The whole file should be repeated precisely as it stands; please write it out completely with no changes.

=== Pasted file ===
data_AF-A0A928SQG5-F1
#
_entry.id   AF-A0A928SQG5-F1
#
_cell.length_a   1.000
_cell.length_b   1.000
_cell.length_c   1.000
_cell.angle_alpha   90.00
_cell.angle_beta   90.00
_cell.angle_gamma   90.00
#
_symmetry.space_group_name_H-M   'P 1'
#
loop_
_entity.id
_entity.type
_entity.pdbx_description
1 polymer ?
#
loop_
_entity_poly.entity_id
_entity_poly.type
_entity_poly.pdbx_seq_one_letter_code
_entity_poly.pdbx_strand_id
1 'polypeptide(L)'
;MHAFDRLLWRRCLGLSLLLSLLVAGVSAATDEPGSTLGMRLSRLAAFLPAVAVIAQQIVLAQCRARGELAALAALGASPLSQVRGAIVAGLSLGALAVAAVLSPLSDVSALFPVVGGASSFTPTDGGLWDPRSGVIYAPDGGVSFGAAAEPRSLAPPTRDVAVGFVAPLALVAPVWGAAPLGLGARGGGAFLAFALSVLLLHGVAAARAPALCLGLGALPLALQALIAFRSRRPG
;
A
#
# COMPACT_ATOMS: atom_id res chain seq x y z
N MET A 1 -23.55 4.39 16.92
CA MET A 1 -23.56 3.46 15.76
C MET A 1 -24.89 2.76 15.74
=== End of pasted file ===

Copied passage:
data_AF-A0A928SQG5-F1
#
_entry.id   AF-A0A928SQG5-F1
#
_cell.length_a   1.000
_cell.length_b   1.000
_cell.length_c   1.000
_cell.angle_alpha   90.00
_cell.angle_beta   90.00
_cell.angle_gamma   90.00
#
_symmetry.space_group_name_H-M   'P 1'
#
loop_
_entity.id
_entity.type
_entity.pdbx_description
1 polymer ?
#
loop_
_entity_poly.entity_id
_entity_poly.type
_entity_poly.pdbx_seq_one_letter_code
_entity_poly.pdbx_strand_id
1 'polypeptide(L)'
;MHAFDRLLWRRCLGLSLLLSLLVAGVSAATDEPGSTLGMRLSRLAAFLPAVAVIAQQIVLAQCRARGELAALAALGASPLSQVRGAIVAGLSLGALAVAAVLSPLSDVSALFPVVGGASSFTPTDGGLWDPRSGVIYAPDGGVSFGAAAEPRSLAPPTRDVAVGFVAPLALVAPVWGAAPLGLGARGGGAFLAFALSVLLLHGVAAARAPALCLGLGALPLALQALIAFRSRRPG
;
A
#
# COMPACT_ATOMS: atom_id res chain seq x y z
N MET A 1 -23.55 4.39 16.92
CA MET A 1 -23.56 3.46 15.76
C MET A 1 -24.89 2.76 15.74